This mom of three daughters and a son owns a family business and is very involved in her View Royal community. She says her kids taught her the value of faith, love and hope, for herself and others. Having a big family is crazy at times, but she loves the connection they have, “sharing, enjoying our family times, especially the stories, and the crazy humour ….”

Barb makes it look easy, but for her the most challenging moments are those of letting go. “Each time I let go I gained a bit of confidence in the journey of our lives, but each change is hard for me, from kindergarten to university, each new driver’s licence, romance, breakup or when they go off travelling alone abroad.”

Even though it can be hard, Barb says, “I always listen to their dreams and hopes. Even knowing it means they will be moving away, I encourage them to go for it.”

When I ask Barb how she has evolved as a woman and a mom, she gets choked up and says, “I think of the little girl I was, who has lost friends and feared the darkness of the world. But that little girl has learned to believe in the best of the universe, and each day to affirm that we all deserve good, and my kids are the evidence of that. I worry less, enjoy more and breathe deeply.”

Finding My Own path

Writing this article, I find myself leaning in to every word of these brave, smart women, because I am facing a big decision about my own future, as I complete my Master’s in Communications and need to decide what it is I want to do next. So I take all their wise words, store them in my head and go for a hike. I think about how each of these moms wants her children to have the courage to live out their own dreams.

One mom tells me the theme in her house is “If you can dream it, you can do it.” As I walk through the rain-drenched forest, I almost feel as if these amazing women have inadvertently mothered me. I also hear my own mom’s wise voice telling me to just be completely honest with myself and have the courage to do what I authentically want to do. Then my daughter Charlotte calls, interrupting my hike and forcing me to put my what-the-heck-am-I-going-to-do-with-the-rest-of-my-life thoughts aside.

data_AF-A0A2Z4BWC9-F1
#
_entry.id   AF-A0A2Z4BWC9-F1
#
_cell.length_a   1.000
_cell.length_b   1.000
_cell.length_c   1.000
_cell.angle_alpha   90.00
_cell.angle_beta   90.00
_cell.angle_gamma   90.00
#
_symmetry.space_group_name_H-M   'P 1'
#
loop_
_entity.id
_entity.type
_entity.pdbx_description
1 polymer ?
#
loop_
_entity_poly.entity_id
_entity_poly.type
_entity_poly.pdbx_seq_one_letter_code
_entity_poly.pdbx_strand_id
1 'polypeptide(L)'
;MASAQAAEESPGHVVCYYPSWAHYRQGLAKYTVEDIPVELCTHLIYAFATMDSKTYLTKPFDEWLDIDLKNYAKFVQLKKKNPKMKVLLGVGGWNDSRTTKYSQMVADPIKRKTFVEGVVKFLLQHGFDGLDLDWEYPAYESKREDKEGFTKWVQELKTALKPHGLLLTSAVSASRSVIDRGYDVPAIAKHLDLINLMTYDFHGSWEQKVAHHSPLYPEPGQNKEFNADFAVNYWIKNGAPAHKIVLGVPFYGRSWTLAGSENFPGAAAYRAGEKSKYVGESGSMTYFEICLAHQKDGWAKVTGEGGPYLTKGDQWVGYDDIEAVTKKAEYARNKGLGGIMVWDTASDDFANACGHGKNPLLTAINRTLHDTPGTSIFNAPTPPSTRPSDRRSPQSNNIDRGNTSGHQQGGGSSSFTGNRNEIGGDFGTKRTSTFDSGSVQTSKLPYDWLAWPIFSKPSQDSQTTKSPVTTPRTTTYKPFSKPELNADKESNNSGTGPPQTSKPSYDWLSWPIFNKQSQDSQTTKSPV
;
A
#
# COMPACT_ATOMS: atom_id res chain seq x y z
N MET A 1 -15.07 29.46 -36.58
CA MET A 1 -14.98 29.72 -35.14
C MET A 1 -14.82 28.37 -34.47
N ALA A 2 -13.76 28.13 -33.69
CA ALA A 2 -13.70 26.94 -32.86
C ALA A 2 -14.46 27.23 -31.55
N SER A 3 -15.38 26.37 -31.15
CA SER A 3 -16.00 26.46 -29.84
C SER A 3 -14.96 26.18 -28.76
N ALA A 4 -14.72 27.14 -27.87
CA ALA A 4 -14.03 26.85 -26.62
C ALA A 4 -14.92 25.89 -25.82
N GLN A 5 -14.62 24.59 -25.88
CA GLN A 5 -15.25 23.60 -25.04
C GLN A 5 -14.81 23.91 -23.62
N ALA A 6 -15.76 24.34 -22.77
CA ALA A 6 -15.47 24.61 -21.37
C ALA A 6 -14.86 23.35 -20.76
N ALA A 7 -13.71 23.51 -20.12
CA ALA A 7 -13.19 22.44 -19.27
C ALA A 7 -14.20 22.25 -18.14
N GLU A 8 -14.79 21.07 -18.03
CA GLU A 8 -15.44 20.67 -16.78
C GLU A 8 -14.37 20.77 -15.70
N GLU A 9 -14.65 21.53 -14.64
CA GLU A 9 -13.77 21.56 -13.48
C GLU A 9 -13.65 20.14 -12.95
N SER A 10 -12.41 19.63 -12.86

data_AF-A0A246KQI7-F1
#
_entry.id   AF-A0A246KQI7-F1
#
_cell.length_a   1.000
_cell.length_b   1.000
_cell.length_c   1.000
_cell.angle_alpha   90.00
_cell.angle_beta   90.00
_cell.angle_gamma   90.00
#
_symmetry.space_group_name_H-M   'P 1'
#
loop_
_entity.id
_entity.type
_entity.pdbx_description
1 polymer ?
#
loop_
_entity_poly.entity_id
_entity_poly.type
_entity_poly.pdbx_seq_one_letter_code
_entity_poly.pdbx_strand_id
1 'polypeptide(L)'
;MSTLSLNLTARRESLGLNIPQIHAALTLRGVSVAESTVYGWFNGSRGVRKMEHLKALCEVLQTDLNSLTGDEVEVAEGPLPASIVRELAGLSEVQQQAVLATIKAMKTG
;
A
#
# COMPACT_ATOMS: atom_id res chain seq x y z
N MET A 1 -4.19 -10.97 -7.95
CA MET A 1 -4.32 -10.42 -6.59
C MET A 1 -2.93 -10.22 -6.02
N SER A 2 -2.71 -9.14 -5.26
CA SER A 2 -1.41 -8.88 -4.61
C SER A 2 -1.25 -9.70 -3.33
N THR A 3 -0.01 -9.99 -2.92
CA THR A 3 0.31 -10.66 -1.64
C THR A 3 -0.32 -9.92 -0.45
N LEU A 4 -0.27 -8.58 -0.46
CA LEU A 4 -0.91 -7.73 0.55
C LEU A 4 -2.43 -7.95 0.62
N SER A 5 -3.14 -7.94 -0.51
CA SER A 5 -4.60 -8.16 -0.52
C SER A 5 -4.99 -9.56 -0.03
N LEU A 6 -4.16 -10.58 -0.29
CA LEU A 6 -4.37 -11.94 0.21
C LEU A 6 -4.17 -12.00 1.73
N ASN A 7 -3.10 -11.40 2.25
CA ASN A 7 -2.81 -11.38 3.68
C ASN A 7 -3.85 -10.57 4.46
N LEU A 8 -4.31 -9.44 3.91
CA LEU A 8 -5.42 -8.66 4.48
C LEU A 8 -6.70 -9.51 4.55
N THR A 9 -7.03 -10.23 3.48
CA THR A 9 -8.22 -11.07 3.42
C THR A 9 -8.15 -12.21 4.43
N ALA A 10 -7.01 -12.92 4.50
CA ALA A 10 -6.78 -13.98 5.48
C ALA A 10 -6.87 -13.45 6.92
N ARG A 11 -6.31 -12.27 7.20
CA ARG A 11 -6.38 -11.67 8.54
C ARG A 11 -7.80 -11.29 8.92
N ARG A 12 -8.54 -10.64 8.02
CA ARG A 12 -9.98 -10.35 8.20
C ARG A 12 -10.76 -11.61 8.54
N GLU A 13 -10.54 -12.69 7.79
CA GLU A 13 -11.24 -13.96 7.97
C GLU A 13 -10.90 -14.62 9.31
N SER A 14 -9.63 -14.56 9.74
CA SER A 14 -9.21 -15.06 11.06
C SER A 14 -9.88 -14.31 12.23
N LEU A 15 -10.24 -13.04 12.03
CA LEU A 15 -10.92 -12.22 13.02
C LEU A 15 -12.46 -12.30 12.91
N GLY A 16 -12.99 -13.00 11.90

“Mom,” she says, “I don’t know what to do when I graduate in a few months. I’m panicking. Can you help?”

What can I say? How can I offer my own daughter wisdom when I can’t even figure out what I want? After listening to Charlotte for a few minutes I respond, “You know exactly what to do. Don’t do what you should do — do what your heart is calling you to do, even if no one approves, even if it doesn’t make sense, even if it’s scary.”

Then suddenly it hits me — I too know exactly what I should do. I have had a dream of starting my own show for as long as I can remember, but I never had the courage to actually do it.

I can hear a thousand voices in my head telling me why this is a terrible idea, but then I think, “Wait, I need to take the advice I gave my daughter, the wisdom given to me by my mom, by all the moms I know, and just go for the BIG DREAM, no fear, no doubt, no second-guessing.”

It took four moms and a daughter’s dilemma to help me come to a place where I find the courage and insight to pursue my heart’s deepest desire. You know, maybe playing “house” and being the mom is just as fun as it was when I was little — and maybe even more so.